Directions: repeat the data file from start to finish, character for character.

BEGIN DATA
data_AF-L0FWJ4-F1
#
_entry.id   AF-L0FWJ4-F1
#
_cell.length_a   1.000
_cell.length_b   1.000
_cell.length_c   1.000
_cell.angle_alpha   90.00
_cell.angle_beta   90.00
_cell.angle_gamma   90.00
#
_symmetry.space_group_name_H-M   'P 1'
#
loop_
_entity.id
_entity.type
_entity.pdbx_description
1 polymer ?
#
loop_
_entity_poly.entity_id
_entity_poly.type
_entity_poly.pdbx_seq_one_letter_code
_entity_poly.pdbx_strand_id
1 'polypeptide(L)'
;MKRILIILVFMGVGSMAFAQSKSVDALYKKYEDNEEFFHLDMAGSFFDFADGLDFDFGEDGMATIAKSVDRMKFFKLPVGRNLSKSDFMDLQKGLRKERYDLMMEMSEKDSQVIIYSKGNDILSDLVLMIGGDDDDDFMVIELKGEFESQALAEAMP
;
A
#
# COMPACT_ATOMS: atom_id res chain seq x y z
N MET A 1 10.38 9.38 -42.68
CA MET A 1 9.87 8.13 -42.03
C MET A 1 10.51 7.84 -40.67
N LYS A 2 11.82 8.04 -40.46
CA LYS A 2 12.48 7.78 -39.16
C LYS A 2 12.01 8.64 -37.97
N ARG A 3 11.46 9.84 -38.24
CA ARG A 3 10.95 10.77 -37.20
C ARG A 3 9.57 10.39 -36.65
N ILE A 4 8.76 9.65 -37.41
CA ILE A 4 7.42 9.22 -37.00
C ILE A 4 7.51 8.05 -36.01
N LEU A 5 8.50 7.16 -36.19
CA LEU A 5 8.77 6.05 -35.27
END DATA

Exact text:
data_AF-L0FWJ4-F1
#
_entry.id   AF-L0FWJ4-F1
#
_cell.length_a   1.000
_cell.length_b   1.000
_cell.length_c   1.000
_cell.angle_alpha   90.00
_cell.angle_beta   90.00
_cell.angle_gamma   90.00
#
_symmetry.space_group_name_H-M   'P 1'
#
loop_
_entity.id
_entity.type
_entity.pdbx_description
1 polymer ?
#
loop_
_entity_poly.entity_id
_entity_poly.type
_entity_poly.pdbx_seq_one_letter_code
_entity_poly.pdbx_strand_id
1 'polypeptide(L)'
;MKRILIILVFMGVGSMAFAQSKSVDALYKKYEDNEEFFHLDMAGSFFDFADGLDFDFGEDGMATIAKSVDRMKFFKLPVGRNLSKSDFMDLQKGLRKERYDLMMEMSEKDSQVIIYSKGNDILSDLVLMIGGDDDDDFMVIELKGEFESQALAEAMP
;
A
#
# COMPACT_ATOMS: atom_id res chain seq x y z
N MET A 1 10.38 9.38 -42.68
CA MET A 1 9.87 8.13 -42.03
C MET A 1 10.51 7.84 -40.67
N LYS A 2 11.82 8.04 -40.46
CA LYS A 2 12.48 7.78 -39.16
C LYS A 2 12.01 8.64 -37.97
N ARG A 3 11.46 9.84 -38.24
CA ARG A 3 10.95 10.77 -37.20
C ARG A 3 9.57 10.39 -36.65
N ILE A 4 8.76 9.65 -37.41
CA ILE A 4 7.42 9.22 -37.00
C ILE A 4 7.51 8.05 -36.01
N LEU A 5 8.50 7.16 -36.19
CA LEU A 5 8.77 6.05 -35.27